LIMA — With opioid addiction in the area continuing to grow at an alarming rate, several prominent members of the Lima community are coming together to attack this issue comprehensively from multiple angles.
After conducting an initial meeting in December, the Allen County Action Commission for the Opiate Epidemic met Friday at the Mental Health and Recovery Services Board of Allen, Auglaize and Hardin Counties to further discuss what can be done to combat opiate drug abuse, with representation from the first responder, law enforcement, medical, local and state government, business and educational communities included in the committee.
“We can’t wait any longer to address this opiate epidemic in our community,” Mental Heath and Recovery Services Board executive director Mike Schoenhofer said. “Just since the start of 2017, there were 41 overdoses in Allen County alone. The purpose of this commission is to engage a wide range of members of the community to recognize that the opiate epidemic is a community health crisis and to begin to take concrete steps to change the trajectory of this fatal addiction.”
Among the strategies discussed during the meeting were communicating between various hospital emergency departments if a spike in overdose cases is being observed and issuing an alert between hospitals and first responders of potential bad batches of heroin in neighborhoods. Other topics included how to help families of those dealing with addictions as well as the families of those who try to help those people, outreach to college students as well as looking at how physicians prescribe opiates to patients.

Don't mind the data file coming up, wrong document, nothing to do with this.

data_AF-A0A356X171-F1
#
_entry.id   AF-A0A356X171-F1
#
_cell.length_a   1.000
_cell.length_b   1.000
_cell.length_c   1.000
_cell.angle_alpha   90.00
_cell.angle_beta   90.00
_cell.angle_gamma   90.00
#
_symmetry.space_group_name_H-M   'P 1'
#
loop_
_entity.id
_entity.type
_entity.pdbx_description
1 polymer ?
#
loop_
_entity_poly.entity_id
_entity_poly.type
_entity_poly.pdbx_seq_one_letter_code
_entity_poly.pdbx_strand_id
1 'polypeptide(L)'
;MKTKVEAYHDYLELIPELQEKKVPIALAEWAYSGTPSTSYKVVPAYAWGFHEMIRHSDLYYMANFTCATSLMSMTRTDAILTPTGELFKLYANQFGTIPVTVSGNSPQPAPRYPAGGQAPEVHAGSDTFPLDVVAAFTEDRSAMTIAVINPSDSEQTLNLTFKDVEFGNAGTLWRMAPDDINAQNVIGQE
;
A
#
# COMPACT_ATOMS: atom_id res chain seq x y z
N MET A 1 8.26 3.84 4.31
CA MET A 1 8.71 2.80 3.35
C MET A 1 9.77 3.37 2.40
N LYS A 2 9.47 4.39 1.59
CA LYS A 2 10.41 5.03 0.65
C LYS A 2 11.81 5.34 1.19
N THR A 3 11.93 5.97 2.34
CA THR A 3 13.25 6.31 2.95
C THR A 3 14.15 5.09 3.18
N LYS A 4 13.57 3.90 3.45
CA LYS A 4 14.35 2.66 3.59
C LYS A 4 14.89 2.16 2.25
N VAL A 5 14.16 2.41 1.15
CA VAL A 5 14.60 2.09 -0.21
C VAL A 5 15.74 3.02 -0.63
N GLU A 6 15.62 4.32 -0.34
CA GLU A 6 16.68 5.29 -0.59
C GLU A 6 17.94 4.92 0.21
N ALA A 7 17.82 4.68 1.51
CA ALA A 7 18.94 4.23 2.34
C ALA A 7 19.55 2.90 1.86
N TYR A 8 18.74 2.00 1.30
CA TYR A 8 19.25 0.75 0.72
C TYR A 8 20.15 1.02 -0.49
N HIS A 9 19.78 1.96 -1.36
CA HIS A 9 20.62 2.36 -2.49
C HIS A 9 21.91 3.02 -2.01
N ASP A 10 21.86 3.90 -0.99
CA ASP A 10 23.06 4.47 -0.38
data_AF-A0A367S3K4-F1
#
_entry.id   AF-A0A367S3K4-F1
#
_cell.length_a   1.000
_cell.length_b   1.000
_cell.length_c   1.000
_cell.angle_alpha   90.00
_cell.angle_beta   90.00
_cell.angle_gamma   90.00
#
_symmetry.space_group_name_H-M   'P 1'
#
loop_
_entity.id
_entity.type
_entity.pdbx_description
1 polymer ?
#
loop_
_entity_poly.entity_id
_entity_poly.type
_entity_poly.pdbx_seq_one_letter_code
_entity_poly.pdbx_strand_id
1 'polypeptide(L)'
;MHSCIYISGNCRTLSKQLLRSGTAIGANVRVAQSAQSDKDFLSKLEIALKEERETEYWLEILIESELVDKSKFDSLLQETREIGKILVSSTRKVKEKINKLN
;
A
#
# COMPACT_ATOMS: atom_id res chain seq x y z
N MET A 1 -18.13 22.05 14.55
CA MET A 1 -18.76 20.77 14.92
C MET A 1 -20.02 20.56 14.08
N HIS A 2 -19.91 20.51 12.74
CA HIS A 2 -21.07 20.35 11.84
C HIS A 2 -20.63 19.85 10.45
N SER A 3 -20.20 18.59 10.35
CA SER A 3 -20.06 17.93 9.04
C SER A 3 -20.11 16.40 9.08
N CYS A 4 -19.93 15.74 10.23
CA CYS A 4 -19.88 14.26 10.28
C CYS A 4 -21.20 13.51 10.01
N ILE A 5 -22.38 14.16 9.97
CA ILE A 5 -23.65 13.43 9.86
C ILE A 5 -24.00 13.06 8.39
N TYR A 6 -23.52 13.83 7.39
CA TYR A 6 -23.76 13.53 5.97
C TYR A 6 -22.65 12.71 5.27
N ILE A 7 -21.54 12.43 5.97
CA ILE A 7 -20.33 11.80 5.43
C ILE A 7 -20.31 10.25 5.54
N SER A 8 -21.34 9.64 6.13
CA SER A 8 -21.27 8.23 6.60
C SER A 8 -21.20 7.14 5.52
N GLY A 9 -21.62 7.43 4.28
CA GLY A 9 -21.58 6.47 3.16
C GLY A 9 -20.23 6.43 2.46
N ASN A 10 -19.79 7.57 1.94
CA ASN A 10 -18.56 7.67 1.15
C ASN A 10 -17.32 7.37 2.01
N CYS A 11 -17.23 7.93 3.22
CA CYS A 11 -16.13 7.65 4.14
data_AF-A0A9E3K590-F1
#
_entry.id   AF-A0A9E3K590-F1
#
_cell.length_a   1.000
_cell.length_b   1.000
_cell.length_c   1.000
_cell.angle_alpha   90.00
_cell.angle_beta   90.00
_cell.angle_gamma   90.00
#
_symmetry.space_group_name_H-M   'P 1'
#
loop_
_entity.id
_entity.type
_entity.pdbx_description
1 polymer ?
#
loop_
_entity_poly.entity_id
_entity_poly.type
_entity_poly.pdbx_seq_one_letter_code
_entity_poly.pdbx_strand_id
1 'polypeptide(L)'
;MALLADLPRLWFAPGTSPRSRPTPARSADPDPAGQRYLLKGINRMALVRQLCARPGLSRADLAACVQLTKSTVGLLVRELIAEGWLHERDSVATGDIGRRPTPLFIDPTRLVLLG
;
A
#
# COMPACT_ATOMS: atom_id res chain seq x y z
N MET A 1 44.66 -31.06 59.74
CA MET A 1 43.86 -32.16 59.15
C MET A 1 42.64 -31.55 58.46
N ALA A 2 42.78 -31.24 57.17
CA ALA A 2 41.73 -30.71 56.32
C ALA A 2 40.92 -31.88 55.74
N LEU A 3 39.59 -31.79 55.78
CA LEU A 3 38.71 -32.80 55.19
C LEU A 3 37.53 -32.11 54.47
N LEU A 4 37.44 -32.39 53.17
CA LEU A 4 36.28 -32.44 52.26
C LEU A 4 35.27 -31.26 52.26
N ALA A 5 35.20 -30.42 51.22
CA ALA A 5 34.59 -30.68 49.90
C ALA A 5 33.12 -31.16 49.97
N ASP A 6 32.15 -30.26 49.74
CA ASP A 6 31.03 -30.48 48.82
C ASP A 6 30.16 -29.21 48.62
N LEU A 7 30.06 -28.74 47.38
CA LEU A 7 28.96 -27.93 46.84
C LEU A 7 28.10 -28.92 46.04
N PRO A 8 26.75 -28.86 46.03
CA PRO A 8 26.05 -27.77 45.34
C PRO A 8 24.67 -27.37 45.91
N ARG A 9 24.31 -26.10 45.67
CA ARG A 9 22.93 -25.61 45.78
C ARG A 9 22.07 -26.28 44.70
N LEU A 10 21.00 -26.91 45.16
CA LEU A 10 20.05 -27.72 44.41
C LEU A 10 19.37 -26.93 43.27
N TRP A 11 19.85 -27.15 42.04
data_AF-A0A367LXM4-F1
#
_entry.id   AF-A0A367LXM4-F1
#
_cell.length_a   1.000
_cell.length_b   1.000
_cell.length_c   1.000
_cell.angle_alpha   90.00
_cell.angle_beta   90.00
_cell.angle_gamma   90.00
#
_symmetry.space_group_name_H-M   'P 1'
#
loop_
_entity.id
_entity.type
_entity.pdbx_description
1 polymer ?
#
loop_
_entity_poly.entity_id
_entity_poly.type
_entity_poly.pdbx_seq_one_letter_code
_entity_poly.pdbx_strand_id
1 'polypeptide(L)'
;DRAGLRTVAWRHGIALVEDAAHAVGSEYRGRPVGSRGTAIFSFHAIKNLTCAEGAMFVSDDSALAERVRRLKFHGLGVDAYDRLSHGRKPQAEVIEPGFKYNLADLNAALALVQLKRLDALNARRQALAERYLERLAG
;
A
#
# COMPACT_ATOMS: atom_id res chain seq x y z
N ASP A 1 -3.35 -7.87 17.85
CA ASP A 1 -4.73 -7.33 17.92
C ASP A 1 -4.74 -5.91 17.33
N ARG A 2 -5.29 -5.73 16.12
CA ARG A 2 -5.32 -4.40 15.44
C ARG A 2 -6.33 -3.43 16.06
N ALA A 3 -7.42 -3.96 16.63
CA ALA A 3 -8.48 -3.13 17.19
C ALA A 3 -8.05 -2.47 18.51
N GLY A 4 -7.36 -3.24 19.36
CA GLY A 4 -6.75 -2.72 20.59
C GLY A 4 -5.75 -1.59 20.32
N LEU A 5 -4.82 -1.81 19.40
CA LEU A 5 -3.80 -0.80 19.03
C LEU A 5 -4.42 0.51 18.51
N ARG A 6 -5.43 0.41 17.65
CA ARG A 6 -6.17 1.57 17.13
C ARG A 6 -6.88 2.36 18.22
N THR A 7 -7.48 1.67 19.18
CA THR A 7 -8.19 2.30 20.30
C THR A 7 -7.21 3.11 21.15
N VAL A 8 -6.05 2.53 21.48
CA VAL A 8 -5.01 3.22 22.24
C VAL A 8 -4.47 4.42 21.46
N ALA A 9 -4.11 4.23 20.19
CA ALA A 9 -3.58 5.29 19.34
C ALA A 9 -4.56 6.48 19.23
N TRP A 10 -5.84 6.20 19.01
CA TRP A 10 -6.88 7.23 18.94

Another initiative being undertaken, this time by Modo Media, is creating a “Let’s Talk” campaign for parents, emphasizing the need to talk with their children about drugs and suicide while also giving them positive reinforcement.
“The idea is to connect with every parent, not just the parents of troubled kids,” Schoenhofer said.
Modo Media is creating a video on those three talking points with the hopes that it will be shown throughout the community — in area churches, at schools and even before football and basketball games. There is also discussion about possibly building an app where parents can keep a record of their child’s positive achievements from which to draw as they praise their children.
“The idea is that research tells us that if parents talk to their kids about these three topics — suicide, drugs and their positive attributes — they’re less likely to be involved in drugs,” Bath schools superintendent Dale Lewellen said.
The group hopes to have the campaign in place by September.
Reach Craig Kelly at 567-242-0390 or on Twitter @Lima_CKelly.